The Energy Ministry has asked the Transport Ministry to limit the number of vehicles using liquefied petroleum gas (LPG) as fuel to help reduce its use in the transport sector.
The fuel, the same type as cooking gas, is not intended for use in transport, but many drivers have modified their vehicles to take advantage of a subsidy intended for household use.
Widespread use of the gas in transport has widened the losses shouldered by PTT, the importer of the gas.
Energy Minister Pongsak Raktapongpaisarn yesterday expressed hope that LPG-compatible vehicles would be slowly phased out once a network of compressed natural gas (CNG) stations is expanded to cover most of the country in the next several years.
LPG consumed in the transport sector currently accounts for 14.6% of the gas used in Thailand, amounting to 606,000 tonnes last year. A huge LPG subsidy by the state-owned Oil Fund has driven LPG consumption to rise by 15-18% annually over the past several years.
The number of LPG vehicles has also grown sharply, from 70,000 units a decade ago to over 1 million as of last year.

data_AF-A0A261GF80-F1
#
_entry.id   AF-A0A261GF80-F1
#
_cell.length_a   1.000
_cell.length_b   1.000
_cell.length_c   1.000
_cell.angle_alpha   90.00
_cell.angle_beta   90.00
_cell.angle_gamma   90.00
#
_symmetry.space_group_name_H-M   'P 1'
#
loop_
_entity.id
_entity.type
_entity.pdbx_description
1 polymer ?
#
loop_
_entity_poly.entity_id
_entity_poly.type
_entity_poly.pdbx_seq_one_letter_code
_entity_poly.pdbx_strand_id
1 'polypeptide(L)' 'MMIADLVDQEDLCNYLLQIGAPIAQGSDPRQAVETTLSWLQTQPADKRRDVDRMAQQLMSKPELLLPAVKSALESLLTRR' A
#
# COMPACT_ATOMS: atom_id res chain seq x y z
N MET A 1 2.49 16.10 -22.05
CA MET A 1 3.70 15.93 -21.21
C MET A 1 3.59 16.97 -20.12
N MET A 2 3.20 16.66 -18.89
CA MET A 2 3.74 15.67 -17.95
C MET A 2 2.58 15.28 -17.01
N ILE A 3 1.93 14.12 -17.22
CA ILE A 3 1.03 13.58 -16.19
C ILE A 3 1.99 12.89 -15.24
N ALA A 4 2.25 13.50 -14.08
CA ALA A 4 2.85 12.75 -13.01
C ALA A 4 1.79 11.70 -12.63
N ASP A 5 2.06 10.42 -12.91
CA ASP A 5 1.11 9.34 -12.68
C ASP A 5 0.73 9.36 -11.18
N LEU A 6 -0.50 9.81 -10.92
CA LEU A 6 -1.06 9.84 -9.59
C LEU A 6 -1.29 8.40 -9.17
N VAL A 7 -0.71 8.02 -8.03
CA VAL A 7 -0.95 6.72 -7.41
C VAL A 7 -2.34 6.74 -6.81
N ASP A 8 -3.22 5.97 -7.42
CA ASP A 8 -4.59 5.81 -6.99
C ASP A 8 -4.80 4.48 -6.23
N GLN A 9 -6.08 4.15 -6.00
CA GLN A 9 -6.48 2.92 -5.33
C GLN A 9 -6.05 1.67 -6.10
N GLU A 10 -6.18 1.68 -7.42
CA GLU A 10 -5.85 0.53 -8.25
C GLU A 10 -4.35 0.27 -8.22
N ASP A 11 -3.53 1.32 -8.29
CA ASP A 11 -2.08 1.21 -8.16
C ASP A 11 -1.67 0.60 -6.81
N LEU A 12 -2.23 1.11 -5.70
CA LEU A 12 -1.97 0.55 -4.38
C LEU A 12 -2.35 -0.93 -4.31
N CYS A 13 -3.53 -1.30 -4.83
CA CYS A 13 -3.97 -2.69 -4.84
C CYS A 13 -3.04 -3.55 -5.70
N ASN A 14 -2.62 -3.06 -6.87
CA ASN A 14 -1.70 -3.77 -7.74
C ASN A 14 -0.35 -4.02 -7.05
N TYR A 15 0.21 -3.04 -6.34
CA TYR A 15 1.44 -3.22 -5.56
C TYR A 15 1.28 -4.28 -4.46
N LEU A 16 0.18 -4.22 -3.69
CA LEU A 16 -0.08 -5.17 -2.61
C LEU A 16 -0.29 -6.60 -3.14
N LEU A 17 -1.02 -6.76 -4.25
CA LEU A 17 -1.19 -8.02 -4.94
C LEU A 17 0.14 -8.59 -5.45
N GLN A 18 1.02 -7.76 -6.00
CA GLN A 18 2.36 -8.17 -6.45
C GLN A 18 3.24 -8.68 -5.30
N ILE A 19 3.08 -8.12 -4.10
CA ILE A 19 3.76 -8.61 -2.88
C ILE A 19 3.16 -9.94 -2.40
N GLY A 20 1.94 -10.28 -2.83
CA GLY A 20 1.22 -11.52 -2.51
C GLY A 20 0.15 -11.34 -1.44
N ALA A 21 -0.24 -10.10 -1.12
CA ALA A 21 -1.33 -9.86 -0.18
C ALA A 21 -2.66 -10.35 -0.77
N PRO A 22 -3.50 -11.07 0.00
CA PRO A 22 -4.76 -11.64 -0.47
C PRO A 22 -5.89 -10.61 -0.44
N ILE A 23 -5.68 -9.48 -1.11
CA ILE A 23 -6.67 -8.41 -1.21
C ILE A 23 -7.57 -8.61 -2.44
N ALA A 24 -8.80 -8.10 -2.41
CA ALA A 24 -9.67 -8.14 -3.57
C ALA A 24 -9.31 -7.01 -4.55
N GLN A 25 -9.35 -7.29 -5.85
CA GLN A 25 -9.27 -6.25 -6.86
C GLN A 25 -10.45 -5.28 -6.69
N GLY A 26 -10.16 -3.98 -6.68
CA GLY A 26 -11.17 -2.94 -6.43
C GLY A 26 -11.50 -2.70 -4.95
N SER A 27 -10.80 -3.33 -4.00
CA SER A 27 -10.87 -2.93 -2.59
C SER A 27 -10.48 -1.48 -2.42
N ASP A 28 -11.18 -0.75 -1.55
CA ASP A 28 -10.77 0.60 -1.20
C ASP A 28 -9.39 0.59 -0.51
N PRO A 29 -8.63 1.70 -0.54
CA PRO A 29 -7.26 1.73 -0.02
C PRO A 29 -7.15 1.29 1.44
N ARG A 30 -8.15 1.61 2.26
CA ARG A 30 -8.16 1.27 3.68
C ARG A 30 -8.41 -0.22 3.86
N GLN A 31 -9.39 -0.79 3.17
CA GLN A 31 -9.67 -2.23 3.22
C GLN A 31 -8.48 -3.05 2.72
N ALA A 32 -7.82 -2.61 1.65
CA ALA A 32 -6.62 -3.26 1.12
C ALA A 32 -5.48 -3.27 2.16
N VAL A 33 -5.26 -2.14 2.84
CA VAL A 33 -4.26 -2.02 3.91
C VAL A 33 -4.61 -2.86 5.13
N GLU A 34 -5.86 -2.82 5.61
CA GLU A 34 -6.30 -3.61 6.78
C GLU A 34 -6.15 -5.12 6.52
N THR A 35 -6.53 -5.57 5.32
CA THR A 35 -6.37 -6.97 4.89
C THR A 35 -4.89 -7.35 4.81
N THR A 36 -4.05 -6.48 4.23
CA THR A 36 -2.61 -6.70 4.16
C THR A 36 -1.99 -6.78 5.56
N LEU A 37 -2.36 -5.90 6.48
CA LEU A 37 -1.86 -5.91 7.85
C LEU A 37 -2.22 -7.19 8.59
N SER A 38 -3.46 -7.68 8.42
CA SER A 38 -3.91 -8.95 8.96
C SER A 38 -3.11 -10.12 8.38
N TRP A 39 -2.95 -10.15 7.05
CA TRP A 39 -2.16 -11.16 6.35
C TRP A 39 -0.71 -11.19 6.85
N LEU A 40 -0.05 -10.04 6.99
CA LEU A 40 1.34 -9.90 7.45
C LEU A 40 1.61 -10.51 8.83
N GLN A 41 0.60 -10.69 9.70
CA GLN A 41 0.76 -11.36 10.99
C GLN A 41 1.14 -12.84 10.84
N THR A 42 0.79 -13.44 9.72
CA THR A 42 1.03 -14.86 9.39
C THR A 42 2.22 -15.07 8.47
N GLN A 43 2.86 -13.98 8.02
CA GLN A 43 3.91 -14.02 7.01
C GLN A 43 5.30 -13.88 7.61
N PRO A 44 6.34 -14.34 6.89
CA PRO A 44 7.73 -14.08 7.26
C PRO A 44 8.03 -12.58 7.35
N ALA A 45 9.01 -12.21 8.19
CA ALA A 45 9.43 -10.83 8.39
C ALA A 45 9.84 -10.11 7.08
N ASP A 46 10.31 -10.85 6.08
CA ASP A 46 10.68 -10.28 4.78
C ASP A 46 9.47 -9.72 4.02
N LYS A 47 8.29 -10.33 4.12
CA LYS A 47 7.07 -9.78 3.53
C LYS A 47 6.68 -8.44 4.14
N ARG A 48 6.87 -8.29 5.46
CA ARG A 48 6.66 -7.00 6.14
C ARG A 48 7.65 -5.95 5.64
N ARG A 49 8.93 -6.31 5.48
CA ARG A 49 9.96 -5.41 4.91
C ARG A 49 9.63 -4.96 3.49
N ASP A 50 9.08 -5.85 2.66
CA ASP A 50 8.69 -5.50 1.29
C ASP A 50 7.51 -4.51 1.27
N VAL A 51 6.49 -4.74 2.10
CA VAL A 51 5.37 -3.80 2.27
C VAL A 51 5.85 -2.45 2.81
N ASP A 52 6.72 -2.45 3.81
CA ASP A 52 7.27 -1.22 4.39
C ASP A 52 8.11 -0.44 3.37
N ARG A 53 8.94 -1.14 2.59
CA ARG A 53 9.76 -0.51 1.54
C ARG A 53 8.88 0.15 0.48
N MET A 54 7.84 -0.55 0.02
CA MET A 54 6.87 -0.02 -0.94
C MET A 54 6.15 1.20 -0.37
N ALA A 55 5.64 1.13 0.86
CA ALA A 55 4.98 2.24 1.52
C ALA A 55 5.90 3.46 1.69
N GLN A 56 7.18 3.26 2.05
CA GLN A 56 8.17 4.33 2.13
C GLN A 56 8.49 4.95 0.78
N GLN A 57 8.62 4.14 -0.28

Mr Pongsak said the ministry would talk to PTT about adding CNG stations to ease the shift from LPG to CNG. It also wants to work with related agencies to reduce new LPG vehicle registrations.
The plan will be carried out alongside the government's move to let LPG prices float.
There are 483 CNG stations nationwide serving 380,000 CNG vehicles.
Phasin Sophonkunkit, managing director of the Nikom 2 Enterprise that runs LPG stations in Saraburi, predicts that the plan will take more than a decade to fulfil, as new LPG cars and stations have continued to increase and it takes time to break even.
His company, for instance, began the LPG station business only three years ago with a 10-million-baht investment.
Mr Phasin said the plan should be gradually put in place to avoid conflicts with the public.
Chisanupong Rungrojngamcharoen, president of the LPG Traders Association, said LPG should remain an option for motorists as the government promotes the use of CNG. He agreed that LPG prices should float to reflect real costs, while adding that good management is required for direct subsidy programmes to low-income households.
About the author
- Writer: Yuthana Praiwan
Position: Business Reporter